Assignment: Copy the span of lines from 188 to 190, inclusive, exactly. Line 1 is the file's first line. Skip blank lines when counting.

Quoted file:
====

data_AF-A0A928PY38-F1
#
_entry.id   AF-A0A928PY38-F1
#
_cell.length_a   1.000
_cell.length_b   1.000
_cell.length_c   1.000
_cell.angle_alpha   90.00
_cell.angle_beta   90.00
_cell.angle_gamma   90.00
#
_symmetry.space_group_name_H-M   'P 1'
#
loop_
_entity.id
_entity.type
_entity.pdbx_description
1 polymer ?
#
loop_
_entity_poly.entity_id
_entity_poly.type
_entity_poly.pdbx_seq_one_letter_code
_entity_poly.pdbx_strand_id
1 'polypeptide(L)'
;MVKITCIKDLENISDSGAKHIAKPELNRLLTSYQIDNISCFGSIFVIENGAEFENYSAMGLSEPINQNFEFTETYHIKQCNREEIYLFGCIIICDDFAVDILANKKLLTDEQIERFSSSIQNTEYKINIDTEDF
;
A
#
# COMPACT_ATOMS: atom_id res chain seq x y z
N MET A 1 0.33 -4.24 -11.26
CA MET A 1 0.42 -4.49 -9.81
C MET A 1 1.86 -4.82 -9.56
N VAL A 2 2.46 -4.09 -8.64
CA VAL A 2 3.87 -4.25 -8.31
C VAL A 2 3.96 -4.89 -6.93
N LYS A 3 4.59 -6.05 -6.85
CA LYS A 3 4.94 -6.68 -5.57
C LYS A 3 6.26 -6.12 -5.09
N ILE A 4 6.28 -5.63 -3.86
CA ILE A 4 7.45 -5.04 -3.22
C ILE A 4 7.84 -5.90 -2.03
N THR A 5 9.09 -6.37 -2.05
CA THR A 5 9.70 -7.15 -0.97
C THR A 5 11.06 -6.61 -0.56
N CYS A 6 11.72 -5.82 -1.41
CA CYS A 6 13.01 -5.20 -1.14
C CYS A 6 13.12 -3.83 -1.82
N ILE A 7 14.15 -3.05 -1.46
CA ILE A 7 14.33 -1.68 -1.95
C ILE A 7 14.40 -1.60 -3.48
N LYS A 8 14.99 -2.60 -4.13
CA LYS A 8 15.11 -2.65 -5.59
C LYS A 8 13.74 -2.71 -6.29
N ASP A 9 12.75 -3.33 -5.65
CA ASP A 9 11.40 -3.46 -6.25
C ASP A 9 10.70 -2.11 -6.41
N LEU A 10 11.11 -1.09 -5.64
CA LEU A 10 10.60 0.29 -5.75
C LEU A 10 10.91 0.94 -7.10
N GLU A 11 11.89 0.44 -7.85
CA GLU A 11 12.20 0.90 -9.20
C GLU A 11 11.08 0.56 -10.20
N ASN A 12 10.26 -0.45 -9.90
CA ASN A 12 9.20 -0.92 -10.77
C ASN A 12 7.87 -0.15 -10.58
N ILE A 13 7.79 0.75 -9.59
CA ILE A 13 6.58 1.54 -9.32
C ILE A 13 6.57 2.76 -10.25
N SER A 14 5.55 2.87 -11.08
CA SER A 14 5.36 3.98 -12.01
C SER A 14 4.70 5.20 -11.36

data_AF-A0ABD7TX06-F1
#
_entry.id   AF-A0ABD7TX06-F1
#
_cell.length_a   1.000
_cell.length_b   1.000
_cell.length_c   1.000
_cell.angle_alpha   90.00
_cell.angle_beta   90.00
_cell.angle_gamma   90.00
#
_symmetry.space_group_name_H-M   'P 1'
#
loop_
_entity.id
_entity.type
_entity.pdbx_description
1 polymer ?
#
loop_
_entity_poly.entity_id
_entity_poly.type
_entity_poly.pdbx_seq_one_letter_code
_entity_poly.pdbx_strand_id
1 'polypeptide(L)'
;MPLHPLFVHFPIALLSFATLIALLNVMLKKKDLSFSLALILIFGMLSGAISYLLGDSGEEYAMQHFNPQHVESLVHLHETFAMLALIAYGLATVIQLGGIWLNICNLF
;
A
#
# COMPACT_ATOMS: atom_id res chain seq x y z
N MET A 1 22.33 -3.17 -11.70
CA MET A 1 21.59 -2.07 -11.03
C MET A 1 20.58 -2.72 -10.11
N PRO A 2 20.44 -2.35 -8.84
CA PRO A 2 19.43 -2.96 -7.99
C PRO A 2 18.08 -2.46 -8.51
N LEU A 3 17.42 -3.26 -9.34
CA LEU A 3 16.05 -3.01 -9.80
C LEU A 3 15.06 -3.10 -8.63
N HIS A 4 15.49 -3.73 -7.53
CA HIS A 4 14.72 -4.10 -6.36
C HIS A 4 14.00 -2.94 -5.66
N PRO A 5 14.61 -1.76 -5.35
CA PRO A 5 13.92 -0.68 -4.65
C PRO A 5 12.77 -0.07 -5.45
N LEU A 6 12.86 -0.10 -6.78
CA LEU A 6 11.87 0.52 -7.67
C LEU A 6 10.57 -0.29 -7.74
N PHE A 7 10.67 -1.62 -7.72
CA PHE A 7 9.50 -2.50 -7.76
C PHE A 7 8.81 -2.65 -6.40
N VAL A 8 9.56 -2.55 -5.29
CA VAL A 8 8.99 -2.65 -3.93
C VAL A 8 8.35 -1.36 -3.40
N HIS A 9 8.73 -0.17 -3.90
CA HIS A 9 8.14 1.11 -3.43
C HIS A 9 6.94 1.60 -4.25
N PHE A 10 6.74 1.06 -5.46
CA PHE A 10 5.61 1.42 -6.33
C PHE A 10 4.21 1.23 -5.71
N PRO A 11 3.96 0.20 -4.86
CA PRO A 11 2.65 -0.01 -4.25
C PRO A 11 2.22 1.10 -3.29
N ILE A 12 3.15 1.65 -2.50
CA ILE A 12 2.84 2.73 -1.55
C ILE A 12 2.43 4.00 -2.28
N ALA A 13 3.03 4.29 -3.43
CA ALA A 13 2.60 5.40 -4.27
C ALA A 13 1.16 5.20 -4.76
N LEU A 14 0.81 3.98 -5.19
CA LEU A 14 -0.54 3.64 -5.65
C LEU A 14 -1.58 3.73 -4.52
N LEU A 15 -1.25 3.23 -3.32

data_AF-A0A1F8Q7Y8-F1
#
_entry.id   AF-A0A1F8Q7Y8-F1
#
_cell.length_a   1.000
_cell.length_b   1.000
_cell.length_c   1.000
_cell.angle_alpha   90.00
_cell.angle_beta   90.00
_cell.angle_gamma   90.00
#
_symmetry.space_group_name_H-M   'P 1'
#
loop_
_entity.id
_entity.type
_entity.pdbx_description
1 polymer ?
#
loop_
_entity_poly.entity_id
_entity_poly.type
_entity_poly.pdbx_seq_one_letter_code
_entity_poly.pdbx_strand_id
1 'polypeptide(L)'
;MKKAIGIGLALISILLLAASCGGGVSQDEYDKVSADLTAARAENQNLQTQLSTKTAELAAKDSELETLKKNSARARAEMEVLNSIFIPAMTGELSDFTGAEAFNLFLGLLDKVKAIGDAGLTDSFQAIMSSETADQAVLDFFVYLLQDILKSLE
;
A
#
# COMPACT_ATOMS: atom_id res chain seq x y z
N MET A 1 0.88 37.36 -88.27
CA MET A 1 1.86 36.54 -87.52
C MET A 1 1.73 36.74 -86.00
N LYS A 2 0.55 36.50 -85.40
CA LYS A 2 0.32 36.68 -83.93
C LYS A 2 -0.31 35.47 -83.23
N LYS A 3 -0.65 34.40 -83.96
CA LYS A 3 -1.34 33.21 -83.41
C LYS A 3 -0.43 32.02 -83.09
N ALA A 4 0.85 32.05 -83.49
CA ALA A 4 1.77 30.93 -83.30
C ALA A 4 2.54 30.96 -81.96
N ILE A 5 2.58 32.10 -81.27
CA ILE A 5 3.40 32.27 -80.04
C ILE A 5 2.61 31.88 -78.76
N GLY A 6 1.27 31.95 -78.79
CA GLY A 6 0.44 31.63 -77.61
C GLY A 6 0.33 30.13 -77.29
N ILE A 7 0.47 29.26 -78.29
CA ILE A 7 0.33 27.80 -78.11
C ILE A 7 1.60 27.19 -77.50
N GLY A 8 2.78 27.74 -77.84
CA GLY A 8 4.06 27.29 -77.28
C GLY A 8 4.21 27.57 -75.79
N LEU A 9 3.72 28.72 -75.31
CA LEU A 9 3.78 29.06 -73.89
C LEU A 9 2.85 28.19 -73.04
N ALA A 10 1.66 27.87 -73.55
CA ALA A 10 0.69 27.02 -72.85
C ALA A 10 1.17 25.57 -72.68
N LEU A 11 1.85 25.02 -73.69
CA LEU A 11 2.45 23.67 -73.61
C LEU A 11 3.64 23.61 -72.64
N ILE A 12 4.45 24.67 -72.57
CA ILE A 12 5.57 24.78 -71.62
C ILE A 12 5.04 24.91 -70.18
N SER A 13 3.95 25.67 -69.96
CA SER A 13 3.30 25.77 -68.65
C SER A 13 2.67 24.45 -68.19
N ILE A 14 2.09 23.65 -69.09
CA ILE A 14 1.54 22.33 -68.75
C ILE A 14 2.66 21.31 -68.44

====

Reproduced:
N ILE A 5 2.58 32.10 -81.27
CA ILE A 5 3.40 32.27 -80.04
C ILE A 5 2.61 31.88 -78.76